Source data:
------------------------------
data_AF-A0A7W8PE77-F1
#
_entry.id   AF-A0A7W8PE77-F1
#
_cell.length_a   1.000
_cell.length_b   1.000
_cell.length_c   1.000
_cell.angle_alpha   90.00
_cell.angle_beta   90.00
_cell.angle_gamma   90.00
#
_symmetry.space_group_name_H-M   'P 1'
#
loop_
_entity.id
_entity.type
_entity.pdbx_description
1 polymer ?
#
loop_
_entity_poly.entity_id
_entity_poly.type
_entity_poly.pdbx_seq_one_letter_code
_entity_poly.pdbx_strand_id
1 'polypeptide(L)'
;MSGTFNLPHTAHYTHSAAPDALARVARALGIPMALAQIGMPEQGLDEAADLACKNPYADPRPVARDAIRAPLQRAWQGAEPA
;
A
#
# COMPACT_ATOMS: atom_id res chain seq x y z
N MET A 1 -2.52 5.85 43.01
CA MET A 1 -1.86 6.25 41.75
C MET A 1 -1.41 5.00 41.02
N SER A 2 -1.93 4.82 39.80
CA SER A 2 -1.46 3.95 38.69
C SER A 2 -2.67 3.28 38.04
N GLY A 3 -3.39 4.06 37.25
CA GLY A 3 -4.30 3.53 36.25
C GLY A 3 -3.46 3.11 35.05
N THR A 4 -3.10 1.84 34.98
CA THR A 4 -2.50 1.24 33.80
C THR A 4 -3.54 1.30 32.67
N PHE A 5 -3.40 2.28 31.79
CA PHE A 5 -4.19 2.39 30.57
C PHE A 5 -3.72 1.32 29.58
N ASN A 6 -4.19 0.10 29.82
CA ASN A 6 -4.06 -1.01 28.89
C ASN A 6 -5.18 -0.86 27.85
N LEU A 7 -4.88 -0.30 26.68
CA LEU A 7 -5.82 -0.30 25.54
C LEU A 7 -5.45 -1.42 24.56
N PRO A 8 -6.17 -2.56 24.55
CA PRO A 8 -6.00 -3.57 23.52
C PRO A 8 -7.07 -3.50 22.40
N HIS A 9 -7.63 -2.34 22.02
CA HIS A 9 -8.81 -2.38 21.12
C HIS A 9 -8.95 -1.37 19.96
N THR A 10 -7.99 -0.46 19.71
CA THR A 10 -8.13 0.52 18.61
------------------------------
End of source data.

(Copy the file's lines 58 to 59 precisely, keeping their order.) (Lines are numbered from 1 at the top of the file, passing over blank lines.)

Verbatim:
N THR A 10 -7.99 -0.46 19.71
CA THR A 10 -8.13 0.52 18.61